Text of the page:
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Leaving Abuse

Verbal abuse can yield many adverse side effects for individuals exposed to this behavior. Cognitive disorders, like all-or-nothing thinking, can be one of the possible results of verbal abuse. However, it isn't just verbally abusive actions that can cause this. Anxiety, depression, and low self-esteem are often the source of all-or-nothing thinking. 
Two common responses to verbal abuse include fawning and appeasement. Although they share some similar characteristics, each is unique and can produce alternative results. I used to think appeasement was the same as fawning, but I was wrong. 
Advice for verbal abuse is often sought. This call for help can be subtle or obvious, depending on their personality. Not surprisingly, I've been on both sides of this scenario. Although it can be easy to give verbal abuse advice, following it may be more challenging.
Verbal abuse can affect many areas of life, including your view of body image and diet. Because this abusive tactic targets your self-esteem, experiencing negative comments about your weight can directly impact how you manage food consumption. In short, verbal abuse can affect your diet choices.
Practicing self-care is not selfish. If you struggle with caring for your needs, you aren't alone. Individuals who are targets of verbal abuse often neglect themselves because they are hypervigilant about their abuser's behaviors. This increased alertness can cause extreme sensitivity to your environment, causing you to overreact in some situations. Living in this continuous state of fear and anxiousness drains you mentally and physically, creating a self-care deficit. It's important to learn that it's not selfish to practice self-care.
I have anxiety after verbal abuse. One tool I've picked up from my years of therapy is using words of affirmation. I think how you talk to yourself can help reinforce positive beliefs and improve your self-esteem. I've been using this strategy for years now to help heal from verbal abuse. However, more recently, I've noticed that it can also help calm my anxiety even when I'm not facing verbal abuse.
Change is critical when healing from verbal abuse. Verbal abuse is a damaging tactic that many individuals use in relationships for various reasons. Although it may be common, this method of communication is harmful to the recipient. It can cause negative side effects for years, even after the verbal abuse is no longer present. The only way to move away from verbal abuse and heal is to change.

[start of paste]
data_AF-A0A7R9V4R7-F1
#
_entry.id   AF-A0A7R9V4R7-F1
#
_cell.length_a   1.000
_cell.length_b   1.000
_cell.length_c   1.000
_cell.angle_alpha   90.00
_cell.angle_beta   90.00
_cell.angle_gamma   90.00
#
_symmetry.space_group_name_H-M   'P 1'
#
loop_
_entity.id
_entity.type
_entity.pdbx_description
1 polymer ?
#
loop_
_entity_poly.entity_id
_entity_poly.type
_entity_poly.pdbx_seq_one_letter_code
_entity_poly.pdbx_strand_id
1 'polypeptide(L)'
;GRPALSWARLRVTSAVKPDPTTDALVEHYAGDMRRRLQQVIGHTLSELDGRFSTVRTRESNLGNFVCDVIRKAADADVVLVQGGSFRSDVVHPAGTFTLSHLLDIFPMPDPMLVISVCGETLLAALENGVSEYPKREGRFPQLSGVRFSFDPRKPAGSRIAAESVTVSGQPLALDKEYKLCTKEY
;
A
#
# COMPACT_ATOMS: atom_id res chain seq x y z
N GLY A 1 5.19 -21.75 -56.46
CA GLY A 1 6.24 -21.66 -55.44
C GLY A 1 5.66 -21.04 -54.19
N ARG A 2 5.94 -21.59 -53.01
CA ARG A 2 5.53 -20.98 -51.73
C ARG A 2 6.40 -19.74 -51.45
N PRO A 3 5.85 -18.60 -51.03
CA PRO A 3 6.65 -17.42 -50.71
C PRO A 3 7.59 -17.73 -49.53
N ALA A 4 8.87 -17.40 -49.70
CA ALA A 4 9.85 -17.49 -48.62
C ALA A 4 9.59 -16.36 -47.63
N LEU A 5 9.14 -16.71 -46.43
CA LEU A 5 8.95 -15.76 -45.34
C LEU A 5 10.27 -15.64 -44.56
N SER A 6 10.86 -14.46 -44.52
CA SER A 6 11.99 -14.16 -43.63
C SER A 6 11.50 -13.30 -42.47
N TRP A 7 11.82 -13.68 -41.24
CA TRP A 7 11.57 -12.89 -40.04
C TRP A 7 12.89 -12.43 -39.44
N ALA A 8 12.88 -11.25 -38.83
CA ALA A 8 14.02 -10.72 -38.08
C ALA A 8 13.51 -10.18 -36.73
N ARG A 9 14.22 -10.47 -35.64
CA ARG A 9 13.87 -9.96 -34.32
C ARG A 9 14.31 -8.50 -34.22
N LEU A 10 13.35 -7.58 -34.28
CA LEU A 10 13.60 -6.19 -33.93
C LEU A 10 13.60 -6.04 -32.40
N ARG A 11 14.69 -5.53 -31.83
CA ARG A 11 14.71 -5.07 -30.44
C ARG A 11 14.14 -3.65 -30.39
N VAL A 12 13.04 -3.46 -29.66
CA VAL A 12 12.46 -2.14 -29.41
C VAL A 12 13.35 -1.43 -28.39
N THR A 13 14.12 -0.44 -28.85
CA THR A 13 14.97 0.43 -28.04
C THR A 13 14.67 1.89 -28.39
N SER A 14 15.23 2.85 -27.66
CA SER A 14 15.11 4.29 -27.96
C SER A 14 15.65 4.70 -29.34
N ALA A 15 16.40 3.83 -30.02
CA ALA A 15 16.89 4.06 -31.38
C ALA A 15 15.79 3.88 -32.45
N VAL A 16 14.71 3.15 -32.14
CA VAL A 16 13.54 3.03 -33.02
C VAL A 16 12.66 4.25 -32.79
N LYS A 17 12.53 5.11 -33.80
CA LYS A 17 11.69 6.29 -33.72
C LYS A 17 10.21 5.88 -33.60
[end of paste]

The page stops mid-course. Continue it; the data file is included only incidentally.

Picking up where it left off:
Facing verbal abuse is an awful situation to be in, regardless of your age or the circumstances. Often, if someone is dealing with verbal abuse, they don't have the strength or confidence to stand up for themselves. This situation can allow the abuse to continue and worsen over time. However, some people can face abusers and call them out on their behavior when they aren't the victim of the situation. Why is it easier for some people to stand up against others facing verbal abuse?
With verbal abuse, avoidance may be present with the abuser, the target, or both, depending on the situation. This tactic has two sides that can be helpful or harmful based on the contributing factors. Avoidance in verbal abuse is common.
Self-trust can be impacted by past verbal abuse. Experiencing verbal abuse can alter how an individual perceives the world around them. Understanding this negative dynamic is helpful when managing a life outside of verbal abuse. However, the side effects of being in a verbally abusive relationship can create future issues when interacting with others and making decisions. If you are recovering from verbal abuse, you may not trust yourself, like I have.